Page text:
Vermont prosecutors are fighting to uphold the conviction of former Long Island resident John Grega, whose guilt in the 1994 rape and murder of his wife was called into question this week by new DNA evidence.
Windham County State's Attorney Tracy Kelly Shriver on Friday filed court papers arguing that new test results, which traced skin particles from inside Christine Veal Grega's body to a man other than her husband, do not entitle John Grega to a new trial.
"The scientific evidence relied upon here cannot, alone, overcome the overwhelming circumstantial evidence that John Grega is the person responsible for his wife's murder," Shriver wrote in response to a motion by Grega's lawyers to vacate his conviction. "The presence of unknown male DNA . . . does not exonerate him."
Grega, now 50, formerly of Lake Grove, was convicted less than a year after his 31-year-old wife was found dead in a bathroom at the West Dover, Vt., condominium where the couple was vacationing with their 2-year-old son. He was sentenced to life in prison without parole.
DNA tests conducted in May by Vermont's state crime lab on a sample taken from the victim showed it was from an unknown man, according to a court filing.
At a status conference Thursday in Windham County Superior Court in Brattleboro, Vt., Shriver said the skin particles likely transferred into the victim's body when she was attacked by Grega with an object, court records show.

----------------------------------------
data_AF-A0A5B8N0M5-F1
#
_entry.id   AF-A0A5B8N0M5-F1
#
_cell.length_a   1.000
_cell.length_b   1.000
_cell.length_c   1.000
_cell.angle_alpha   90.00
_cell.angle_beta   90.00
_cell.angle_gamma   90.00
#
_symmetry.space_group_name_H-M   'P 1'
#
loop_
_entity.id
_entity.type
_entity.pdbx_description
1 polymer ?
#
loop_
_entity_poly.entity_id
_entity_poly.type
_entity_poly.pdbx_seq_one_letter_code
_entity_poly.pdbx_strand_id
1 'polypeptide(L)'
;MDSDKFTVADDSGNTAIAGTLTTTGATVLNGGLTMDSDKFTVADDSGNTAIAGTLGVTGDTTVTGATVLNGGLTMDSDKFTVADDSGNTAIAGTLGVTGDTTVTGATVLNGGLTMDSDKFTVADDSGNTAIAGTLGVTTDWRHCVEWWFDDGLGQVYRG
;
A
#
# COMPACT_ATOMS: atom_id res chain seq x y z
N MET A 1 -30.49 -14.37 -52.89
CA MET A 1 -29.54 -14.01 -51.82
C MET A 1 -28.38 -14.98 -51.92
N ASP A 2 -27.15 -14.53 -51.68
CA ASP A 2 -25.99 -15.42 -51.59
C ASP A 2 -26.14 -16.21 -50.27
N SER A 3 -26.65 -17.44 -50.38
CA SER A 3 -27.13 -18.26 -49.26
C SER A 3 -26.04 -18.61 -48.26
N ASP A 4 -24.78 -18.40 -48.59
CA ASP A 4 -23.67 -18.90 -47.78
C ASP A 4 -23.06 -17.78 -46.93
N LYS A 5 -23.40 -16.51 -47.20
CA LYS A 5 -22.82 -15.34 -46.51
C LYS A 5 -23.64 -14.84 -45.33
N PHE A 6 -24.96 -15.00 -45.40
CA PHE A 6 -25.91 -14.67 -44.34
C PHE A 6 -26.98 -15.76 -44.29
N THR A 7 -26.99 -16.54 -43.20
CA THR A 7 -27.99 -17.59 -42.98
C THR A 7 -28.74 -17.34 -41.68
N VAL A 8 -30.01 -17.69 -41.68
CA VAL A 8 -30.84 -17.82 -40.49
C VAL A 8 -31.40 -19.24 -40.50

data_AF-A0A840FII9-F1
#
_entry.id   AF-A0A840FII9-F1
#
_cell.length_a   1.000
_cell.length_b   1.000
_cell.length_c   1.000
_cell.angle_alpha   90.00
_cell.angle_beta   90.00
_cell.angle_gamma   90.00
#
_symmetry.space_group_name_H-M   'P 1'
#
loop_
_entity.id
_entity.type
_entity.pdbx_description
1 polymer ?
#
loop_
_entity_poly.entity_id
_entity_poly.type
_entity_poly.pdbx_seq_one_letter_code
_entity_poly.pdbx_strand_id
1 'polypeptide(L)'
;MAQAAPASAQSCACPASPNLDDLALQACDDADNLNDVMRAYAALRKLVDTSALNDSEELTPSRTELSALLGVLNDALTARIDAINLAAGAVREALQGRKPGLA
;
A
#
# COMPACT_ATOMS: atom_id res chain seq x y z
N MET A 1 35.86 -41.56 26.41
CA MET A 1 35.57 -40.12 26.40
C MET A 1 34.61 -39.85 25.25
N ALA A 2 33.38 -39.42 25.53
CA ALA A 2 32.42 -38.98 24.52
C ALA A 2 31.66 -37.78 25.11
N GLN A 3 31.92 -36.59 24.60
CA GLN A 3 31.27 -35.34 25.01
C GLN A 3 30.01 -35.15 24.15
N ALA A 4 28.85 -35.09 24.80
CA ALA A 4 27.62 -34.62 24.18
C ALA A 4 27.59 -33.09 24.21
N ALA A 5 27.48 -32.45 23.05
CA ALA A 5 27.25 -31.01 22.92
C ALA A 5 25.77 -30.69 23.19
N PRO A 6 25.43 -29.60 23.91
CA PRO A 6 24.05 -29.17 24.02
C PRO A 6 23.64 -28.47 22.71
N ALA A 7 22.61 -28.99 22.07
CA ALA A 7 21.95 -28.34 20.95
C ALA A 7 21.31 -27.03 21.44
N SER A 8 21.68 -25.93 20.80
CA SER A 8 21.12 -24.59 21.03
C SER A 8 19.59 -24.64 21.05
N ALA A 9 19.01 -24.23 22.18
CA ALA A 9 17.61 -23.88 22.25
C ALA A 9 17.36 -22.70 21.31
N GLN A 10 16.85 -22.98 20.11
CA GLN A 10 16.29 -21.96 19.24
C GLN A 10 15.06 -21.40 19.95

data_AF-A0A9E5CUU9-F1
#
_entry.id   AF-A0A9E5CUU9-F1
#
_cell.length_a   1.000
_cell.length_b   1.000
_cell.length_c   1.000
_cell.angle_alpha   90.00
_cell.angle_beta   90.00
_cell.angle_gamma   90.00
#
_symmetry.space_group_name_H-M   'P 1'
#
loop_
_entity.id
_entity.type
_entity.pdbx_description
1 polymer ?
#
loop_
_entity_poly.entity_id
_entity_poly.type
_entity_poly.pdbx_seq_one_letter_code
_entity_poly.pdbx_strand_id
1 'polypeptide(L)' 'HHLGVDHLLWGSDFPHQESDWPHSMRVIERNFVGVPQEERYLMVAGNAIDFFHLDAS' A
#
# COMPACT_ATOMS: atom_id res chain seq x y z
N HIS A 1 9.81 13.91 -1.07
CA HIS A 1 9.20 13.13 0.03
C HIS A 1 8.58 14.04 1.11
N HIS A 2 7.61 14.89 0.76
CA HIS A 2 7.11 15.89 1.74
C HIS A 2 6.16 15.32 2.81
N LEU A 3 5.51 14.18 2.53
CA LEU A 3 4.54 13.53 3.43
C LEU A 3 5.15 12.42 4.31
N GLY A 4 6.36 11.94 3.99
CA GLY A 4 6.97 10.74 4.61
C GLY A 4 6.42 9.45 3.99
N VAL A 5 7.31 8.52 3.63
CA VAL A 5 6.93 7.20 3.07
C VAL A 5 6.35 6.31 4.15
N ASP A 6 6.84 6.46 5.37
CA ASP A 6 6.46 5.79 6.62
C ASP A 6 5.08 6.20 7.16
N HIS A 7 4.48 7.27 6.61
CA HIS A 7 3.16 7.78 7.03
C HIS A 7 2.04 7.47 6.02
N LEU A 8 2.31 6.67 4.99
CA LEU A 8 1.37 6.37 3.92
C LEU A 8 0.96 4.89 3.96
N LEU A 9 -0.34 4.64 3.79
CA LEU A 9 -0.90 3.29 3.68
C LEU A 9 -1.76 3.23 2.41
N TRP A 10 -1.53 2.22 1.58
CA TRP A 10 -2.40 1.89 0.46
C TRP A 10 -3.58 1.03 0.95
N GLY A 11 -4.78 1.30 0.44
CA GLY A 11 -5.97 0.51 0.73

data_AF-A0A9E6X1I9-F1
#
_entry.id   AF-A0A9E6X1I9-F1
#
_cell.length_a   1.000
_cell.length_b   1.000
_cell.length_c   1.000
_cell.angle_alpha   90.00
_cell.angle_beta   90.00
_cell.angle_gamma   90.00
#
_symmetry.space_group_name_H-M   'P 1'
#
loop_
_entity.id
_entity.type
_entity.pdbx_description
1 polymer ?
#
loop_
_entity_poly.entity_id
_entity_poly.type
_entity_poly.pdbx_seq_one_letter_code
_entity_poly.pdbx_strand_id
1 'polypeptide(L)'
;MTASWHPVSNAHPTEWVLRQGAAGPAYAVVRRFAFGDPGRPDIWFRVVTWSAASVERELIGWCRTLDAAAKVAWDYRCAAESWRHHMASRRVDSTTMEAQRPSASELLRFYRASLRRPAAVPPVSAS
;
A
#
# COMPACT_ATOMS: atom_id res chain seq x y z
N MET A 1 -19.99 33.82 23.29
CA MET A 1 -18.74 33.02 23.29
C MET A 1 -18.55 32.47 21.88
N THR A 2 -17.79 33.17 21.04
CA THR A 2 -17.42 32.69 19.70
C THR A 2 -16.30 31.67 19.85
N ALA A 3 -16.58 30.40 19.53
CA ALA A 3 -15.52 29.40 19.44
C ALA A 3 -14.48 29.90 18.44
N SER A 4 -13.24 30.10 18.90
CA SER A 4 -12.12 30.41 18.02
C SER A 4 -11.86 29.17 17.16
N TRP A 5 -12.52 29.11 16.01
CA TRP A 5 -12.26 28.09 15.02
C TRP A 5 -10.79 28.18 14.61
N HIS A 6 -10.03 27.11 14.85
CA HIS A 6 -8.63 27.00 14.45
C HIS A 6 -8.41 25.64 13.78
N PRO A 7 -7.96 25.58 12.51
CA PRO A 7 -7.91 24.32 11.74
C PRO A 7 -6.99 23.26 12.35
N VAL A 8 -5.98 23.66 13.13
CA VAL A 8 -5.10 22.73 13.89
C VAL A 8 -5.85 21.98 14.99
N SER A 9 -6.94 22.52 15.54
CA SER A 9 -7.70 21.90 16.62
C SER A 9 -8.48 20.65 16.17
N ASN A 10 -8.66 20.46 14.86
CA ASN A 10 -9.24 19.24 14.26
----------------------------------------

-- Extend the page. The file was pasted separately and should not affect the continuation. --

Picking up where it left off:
Shriver elaborated on that theory in Friday's filing, claiming a bottle was used in the attack and pointing out that Grega had purchased bottled beer the day of the murder.
Prosecutors have always said an object was used in the crime, but no such object -- including bottles -- were entered into evidence, court records show.
Shriver also said she needed more time to test the DNA of 12 people involved in the case -- police detectives and others who may have contaminated the sample -- in an effort to match the skin particles.
Superior Court Judge John Wesley said he would schedule a hearing in the near future to hear expert testimony about the DNA evidence. Regardless of what Shriver finds, Wesley said, a new trial will probably be necessary because of the new evidence.
"We believe simply overturning the conviction and setting John free is the most appropriate approach," said Grega's lawyer, Ian Carleton.
Grega has said he was at a playground with his son at the time of his wife's murder, though he initially attributed many of her injuries to rough sex they had before her death, court records show.